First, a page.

Graduating From A Phlebotomy Program

The phlebotomy program has started to be more and more important in the last years. phlebotomy refers to the series of techniques that have to be learned by all persons in order to be able to extract and test blood from a person's vein. A trained phlebotomist can improve the condition of a patient by making some procedures easier and less painful.

The externship is the part of the phlebotomy program where students must finish courses that take at least 80 hours and then they can start trying the techniques in real life. The experience consists of blood draws in home health care or other events. These blood draws are meant to teach the student how to do the procedure, while being supervised by appropriate personnel. The phlebotomy program is finished when the supervisors conclude that each blood draw is not painful and that the student has done a perfect job.

After you receive a degree in the phlebotomy program you can find a job in hospitals, medical clinics, veterinary clinics, care facilities, the US forces or donation centers. The market is young and more and more hospitals need trained phlebotomists. Medical laboratories are in a shortage of phlebotomy personnel and if you finish a phlebotomy program you have high chances of getting hired.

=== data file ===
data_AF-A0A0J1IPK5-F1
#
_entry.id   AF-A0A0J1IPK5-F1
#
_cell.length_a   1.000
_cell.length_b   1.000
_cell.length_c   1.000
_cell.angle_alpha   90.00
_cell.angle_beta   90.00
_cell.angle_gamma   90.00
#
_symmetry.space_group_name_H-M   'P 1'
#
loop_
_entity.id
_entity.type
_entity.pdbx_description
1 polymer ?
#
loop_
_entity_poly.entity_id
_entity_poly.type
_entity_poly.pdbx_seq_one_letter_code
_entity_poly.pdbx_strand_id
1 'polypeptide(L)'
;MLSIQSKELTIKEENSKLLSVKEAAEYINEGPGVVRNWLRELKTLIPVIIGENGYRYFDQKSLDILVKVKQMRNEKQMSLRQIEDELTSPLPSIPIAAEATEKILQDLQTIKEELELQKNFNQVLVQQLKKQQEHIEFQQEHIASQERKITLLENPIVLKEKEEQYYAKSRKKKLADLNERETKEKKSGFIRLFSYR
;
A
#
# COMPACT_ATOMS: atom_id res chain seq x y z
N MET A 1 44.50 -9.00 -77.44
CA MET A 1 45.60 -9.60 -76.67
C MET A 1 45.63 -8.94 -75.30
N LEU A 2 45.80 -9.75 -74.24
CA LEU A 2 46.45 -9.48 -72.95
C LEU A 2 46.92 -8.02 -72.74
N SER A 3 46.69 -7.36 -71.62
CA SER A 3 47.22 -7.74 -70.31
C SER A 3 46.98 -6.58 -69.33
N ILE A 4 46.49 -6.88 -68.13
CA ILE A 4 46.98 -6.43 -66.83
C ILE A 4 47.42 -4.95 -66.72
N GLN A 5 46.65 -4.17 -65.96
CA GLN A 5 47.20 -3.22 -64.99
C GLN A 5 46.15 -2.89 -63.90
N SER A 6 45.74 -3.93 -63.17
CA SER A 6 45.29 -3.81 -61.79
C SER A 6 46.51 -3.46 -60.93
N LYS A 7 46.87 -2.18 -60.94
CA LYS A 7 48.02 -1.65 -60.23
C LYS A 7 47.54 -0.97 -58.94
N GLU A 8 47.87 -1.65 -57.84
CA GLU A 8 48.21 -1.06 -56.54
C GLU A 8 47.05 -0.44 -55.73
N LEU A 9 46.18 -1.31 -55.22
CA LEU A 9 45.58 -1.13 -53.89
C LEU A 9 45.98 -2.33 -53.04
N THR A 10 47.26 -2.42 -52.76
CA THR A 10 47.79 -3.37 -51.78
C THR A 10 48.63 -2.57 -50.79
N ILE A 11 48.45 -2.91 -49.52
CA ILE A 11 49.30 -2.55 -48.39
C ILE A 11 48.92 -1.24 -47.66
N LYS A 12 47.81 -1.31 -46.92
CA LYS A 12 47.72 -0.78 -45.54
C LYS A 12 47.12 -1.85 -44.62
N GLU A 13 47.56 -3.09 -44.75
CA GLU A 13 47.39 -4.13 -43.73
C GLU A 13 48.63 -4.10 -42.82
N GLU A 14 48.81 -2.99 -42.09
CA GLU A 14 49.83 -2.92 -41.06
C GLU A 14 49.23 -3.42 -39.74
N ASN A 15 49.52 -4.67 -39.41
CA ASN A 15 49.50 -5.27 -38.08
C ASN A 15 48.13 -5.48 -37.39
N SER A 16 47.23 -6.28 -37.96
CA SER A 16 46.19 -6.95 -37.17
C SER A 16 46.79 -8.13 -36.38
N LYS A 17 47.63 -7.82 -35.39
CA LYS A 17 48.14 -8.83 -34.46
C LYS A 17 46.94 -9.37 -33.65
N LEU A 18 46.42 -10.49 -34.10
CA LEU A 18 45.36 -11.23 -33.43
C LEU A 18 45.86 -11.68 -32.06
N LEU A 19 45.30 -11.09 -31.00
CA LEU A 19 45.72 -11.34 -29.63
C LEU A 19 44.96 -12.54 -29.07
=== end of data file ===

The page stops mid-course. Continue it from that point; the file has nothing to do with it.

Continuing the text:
Everyone that graduates from a phlebotomy program will also learn basic medical techniques. A phlebotomist will be able to perform CPR, run blood tests and other medical jobs. A good phlebotomist can be promoted to a laboratory assistant or a phlebotomy supervisor. Higher courses can be taken after the graduation from a phlebotomy program and you can transition in EKG or nursing, after you graduate from those classes.

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